New stadium design: Tokyo Olympic Stadium Design

Published: December 23, 2015

New stadium design: Tokyo Olympic Stadium Design, After a few tumultuous years, Japan has finally chosen a new design for its main Olympic stadium, which will host the opening and closing ceremonies at the 2020 games. The new stadium, designed by famed Japanese architect Kengo Kuma, replaces the Zaha Hadid design that was scrapped in July because of rising costs.

Last week, the Japanese Sports Council unveiled competing renderings from two anonymous architects, later revealed to be Kuma and Toyo Ito. Both designs were oblong structures marked by their low profiles and use of wood. The Japan Times reports that Kuma’s design beat out Ito’s for a decidedly un-sexy reason: “Design B proposed an unprecedented method for construction (to shorten the building period) by using new materials to build the stadium, whereas design A proposed using a more orthodox method that is familiar to everyone I believe the judges assessed design A as being less risky,” Takashi Moriyama, an architect and critic, told the paper.

That the judges were smitten by a drastically simplified and reliable design isn’t surprising. Hadid’s striking helmet-shaped stadium was plagued by controversy, mostly stemming from its massive size and cost. Hadid’s $2-billion proposal called for 840,660 square-feet of space, compared to Kuma’s 779,307 square-foot building, which is estimated to cost (a not-insignificant) $1.3-billion.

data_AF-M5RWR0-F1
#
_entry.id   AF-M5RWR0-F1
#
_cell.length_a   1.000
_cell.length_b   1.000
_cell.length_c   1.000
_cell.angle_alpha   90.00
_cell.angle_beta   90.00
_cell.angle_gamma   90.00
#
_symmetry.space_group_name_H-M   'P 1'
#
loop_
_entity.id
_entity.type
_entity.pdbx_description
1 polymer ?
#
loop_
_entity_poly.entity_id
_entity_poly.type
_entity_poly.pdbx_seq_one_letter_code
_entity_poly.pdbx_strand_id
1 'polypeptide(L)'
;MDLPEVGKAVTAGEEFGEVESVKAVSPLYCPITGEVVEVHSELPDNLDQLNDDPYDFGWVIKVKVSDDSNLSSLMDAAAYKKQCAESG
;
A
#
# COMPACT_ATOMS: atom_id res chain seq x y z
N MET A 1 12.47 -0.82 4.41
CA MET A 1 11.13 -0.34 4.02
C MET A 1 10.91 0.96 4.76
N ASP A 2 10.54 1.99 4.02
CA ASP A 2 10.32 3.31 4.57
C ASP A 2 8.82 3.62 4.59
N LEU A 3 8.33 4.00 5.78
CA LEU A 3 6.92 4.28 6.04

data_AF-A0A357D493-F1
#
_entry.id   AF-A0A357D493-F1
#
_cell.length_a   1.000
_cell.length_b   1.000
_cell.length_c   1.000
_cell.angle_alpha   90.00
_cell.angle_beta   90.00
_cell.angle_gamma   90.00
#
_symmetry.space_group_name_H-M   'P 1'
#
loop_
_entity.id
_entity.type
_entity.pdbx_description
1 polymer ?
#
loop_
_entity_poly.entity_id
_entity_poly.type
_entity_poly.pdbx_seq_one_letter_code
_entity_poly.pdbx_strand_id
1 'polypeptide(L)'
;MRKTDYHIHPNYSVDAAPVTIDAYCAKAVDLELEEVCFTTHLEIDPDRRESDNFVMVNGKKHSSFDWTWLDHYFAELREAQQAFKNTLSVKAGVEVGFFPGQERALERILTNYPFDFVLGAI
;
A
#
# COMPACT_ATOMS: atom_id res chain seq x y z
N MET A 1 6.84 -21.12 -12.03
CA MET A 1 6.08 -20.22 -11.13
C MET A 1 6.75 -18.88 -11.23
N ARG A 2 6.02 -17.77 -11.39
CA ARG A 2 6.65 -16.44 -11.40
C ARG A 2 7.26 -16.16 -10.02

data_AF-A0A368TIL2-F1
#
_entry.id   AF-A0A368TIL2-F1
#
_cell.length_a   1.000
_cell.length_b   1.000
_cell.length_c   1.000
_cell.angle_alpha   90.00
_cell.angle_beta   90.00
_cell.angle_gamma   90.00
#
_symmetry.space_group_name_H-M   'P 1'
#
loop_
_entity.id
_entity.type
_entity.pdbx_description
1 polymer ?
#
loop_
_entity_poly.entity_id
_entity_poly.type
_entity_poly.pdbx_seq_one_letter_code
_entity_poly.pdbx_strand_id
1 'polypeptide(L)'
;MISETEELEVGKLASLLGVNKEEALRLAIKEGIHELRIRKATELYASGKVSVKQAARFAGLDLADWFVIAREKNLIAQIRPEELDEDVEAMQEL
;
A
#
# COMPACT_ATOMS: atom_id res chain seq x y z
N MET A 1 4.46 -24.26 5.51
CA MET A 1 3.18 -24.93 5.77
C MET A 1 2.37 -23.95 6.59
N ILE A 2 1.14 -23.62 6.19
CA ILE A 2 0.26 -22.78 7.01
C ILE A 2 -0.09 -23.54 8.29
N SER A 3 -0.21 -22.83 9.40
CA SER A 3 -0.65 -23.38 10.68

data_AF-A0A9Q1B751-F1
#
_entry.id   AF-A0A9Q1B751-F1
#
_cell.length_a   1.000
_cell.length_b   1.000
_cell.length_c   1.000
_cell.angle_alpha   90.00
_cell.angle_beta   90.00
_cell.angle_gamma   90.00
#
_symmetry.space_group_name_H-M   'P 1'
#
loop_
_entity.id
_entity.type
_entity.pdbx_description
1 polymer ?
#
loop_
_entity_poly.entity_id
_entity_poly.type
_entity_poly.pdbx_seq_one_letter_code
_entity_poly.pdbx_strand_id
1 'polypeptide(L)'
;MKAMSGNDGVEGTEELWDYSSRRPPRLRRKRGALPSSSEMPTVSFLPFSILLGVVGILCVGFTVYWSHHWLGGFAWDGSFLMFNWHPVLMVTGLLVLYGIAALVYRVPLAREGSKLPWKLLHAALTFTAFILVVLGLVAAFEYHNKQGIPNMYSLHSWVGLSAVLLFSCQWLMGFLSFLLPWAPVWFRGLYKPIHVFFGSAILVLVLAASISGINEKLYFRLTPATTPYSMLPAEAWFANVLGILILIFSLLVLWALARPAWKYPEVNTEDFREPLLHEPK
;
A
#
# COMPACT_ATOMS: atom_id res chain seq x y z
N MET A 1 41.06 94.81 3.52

The true selling point of Kuma’s stadium appears to be its modesty. Even after Hadid modified her original design to be lighter and cheaper, architects complained that the futuristic stadium failed to respect its surroundings. Hadid fired back that Japanese authorities simply didn’t want a foreign architect to build a national stadium. Whatever the real reason, it’s undeniable that Kuma’s plant-covered stadium is more aligned with Japanese tradition, which values natural materials and the harmonization between the built and natural landscape. Kuma’s plan features a steel and wood roof with an oval aperture over the playing field. It will sit 65 feet lower than Hadid’s design, allowing it to blend more seamlessly into its surroundings. The stadium will begin construction in early 2016, and, if all goes according to plan, will be finished by November 2019.

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